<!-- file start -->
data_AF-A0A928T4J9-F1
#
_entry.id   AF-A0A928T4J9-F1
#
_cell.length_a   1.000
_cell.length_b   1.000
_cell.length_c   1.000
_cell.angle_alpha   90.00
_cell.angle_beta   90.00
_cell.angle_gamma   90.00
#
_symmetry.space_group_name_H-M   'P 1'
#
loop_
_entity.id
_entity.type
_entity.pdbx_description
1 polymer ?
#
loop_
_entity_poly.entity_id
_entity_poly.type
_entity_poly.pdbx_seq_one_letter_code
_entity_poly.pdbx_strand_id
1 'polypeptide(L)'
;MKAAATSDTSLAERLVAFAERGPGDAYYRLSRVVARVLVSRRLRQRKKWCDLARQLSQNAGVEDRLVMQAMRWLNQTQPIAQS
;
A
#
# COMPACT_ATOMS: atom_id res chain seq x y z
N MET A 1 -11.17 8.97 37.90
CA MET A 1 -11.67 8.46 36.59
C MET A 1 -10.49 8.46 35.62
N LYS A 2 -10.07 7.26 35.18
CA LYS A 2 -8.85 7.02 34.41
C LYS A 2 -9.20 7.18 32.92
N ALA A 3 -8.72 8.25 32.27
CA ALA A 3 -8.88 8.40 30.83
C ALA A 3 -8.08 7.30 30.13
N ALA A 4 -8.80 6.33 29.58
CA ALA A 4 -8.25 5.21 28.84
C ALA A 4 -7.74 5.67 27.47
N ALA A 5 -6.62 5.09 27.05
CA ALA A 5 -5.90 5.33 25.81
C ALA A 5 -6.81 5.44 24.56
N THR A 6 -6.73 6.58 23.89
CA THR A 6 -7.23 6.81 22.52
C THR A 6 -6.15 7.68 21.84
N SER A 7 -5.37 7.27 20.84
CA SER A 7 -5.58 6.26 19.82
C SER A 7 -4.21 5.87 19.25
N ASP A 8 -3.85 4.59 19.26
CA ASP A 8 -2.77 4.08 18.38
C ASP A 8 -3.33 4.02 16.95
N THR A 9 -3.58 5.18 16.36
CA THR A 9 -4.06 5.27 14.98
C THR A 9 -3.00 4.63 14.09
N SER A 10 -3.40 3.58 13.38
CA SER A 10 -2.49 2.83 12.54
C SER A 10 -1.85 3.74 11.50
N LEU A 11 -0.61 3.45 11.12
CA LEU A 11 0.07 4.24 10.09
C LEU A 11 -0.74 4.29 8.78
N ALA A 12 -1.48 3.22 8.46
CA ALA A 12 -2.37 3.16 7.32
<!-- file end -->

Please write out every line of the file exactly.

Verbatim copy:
data_AF-A0A928T4J9-F1
#
_entry.id   AF-A0A928T4J9-F1
#
_cell.length_a   1.000
_cell.length_b   1.000
_cell.length_c   1.000
_cell.angle_alpha   90.00
_cell.angle_beta   90.00
_cell.angle_gamma   90.00
#
_symmetry.space_group_name_H-M   'P 1'
#
loop_
_entity.id
_entity.type
_entity.pdbx_description
1 polymer ?
#
loop_
_entity_poly.entity_id
_entity_poly.type
_entity_poly.pdbx_seq_one_letter_code
_entity_poly.pdbx_strand_id
1 'polypeptide(L)'
;MKAAATSDTSLAERLVAFAERGPGDAYYRLSRVVARVLVSRRLRQRKKWCDLARQLSQNAGVEDRLVMQAMRWLNQTQPIAQS
;
A
#
# COMPACT_ATOMS: atom_id res chain seq x y z
N MET A 1 -11.17 8.97 37.90
CA MET A 1 -11.67 8.46 36.59
C MET A 1 -10.49 8.46 35.62
N LYS A 2 -10.07 7.26 35.18
CA LYS A 2 -8.85 7.02 34.41
C LYS A 2 -9.20 7.18 32.92
N ALA A 3 -8.72 8.25 32.27
CA ALA A 3 -8.88 8.40 30.83
C ALA A 3 -8.08 7.30 30.13
N ALA A 4 -8.80 6.33 29.58
CA ALA A 4 -8.25 5.21 28.84
C ALA A 4 -7.74 5.67 27.47
N ALA A 5 -6.62 5.09 27.05
CA ALA A 5 -5.90 5.33 25.81
C ALA A 5 -6.81 5.44 24.56
N THR A 6 -6.73 6.58 23.89
CA THR A 6 -7.23 6.81 22.52
C THR A 6 -6.15 7.68 21.84
N SER A 7 -5.37 7.27 20.84
CA SER A 7 -5.58 6.26 19.82
C SER A 7 -4.21 5.87 19.25
N ASP A 8 -3.85 4.59 19.26
CA ASP A 8 -2.77 4.08 18.38
C ASP A 8 -3.33 4.02 16.95
N THR A 9 -3.58 5.18 16.36
CA THR A 9 -4.06 5.27 14.98
C THR A 9 -3.00 4.63 14.09
N SER A 10 -3.40 3.58 13.38
CA SER A 10 -2.49 2.83 12.54
C SER A 10 -1.85 3.74 11.50
N LEU A 11 -0.61 3.45 11.12
CA LEU A 11 0.07 4.24 10.09
C LEU A 11 -0.74 4.29 8.78
N ALA A 12 -1.48 3.22 8.46
CA ALA A 12 -2.37 3.16 7.32